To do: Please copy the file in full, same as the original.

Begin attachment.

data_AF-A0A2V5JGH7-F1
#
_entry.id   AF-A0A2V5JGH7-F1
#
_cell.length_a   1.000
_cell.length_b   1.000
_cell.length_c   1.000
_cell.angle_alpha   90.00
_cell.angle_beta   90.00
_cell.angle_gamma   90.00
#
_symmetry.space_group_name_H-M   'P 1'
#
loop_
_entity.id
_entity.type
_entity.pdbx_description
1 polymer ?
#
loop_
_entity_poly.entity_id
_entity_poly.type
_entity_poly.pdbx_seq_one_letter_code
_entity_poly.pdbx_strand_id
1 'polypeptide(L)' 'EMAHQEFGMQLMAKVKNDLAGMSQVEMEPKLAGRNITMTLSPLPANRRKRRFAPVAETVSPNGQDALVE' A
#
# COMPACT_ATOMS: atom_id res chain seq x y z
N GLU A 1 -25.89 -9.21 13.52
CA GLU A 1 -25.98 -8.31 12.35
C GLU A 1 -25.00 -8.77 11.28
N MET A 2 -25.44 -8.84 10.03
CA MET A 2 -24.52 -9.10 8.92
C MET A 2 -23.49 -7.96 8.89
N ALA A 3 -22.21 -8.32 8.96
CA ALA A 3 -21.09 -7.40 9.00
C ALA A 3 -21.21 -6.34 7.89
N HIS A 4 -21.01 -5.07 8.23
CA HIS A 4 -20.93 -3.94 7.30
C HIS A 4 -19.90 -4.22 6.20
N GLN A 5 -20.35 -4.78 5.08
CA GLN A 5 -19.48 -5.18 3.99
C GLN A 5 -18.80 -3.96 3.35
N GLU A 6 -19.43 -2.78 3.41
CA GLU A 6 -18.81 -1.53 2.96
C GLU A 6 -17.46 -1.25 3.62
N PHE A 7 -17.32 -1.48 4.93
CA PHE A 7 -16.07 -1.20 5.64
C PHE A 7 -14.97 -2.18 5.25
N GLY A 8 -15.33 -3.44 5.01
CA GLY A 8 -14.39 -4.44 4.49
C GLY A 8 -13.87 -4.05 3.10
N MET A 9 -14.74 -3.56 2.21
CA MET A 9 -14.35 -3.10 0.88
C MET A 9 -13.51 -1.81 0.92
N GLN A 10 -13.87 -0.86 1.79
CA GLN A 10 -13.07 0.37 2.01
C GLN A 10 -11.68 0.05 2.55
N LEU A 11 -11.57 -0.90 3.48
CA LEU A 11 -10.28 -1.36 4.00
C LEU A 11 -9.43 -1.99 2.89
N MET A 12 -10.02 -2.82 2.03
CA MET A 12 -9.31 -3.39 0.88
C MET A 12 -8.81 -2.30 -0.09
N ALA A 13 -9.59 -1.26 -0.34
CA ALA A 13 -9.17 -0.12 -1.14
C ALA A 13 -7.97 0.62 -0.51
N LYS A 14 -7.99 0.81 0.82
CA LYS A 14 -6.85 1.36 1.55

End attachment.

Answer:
data_AF-A0A2V5JGH7-F1
#
_entry.id   AF-A0A2V5JGH7-F1
#
_cell.length_a   1.000
_cell.length_b   1.000
_cell.length_c   1.000
_cell.angle_alpha   90.00
_cell.angle_beta   90.00
_cell.angle_gamma   90.00
#
_symmetry.space_group_name_H-M   'P 1'
#
loop_
_entity.id
_entity.type
_entity.pdbx_description
1 polymer ?
#
loop_
_entity_poly.entity_id
_entity_poly.type
_entity_poly.pdbx_seq_one_letter_code
_entity_poly.pdbx_strand_id
1 'polypeptide(L)' 'EMAHQEFGMQLMAKVKNDLAGMSQVEMEPKLAGRNITMTLSPLPANRRKRRFAPVAETVSPNGQDALVE' A
#
# COMPACT_ATOMS: atom_id res chain seq x y z
N GLU A 1 -25.89 -9.21 13.52
CA GLU A 1 -25.98 -8.31 12.35
C GLU A 1 -25.00 -8.77 11.28
N MET A 2 -25.44 -8.84 10.03
CA MET A 2 -24.52 -9.10 8.92
C MET A 2 -23.49 -7.96 8.89
N ALA A 3 -22.21 -8.32 8.96
CA ALA A 3 -21.09 -7.40 9.00
C ALA A 3 -21.21 -6.34 7.89
N HIS A 4 -21.01 -5.07 8.23
CA HIS A 4 -20.93 -3.94 7.30
C HIS A 4 -19.90 -4.22 6.20
N GLN A 5 -20.35 -4.78 5.08
CA GLN A 5 -19.48 -5.18 3.99
C GLN A 5 -18.80 -3.96 3.35
N GLU A 6 -19.43 -2.78 3.41
CA GLU A 6 -18.81 -1.53 2.96
C GLU A 6 -17.46 -1.25 3.62
N PHE A 7 -17.32 -1.48 4.93
CA PHE A 7 -16.07 -1.20 5.64
C PHE A 7 -14.97 -2.18 5.25
N GLY A 8 -15.33 -3.44 5.01
CA GLY A 8 -14.39 -4.44 4.49
C GLY A 8 -13.87 -4.05 3.10
N MET A 9 -14.74 -3.56 2.21
CA MET A 9 -14.35 -3.10 0.88
C MET A 9 -13.51 -1.81 0.92
N GLN A 10 -13.87 -0.86 1.79
CA GLN A 10 -13.07 0.37 2.01
C GLN A 10 -11.68 0.05 2.55
N LEU A 11 -11.57 -0.90 3.48
CA LEU A 11 -10.28 -1.36 4.00
C LEU A 11 -9.43 -1.99 2.89
N MET A 12 -10.02 -2.82 2.03
CA MET A 12 -9.31 -3.39 0.88
C MET A 12 -8.81 -2.30 -0.09
N ALA A 13 -9.59 -1.26 -0.34
CA ALA A 13 -9.17 -0.12 -1.14
C ALA A 13 -7.97 0.62 -0.51
N LYS A 14 -7.99 0.81 0.82
CA LYS A 14 -6.85 1.36 1.55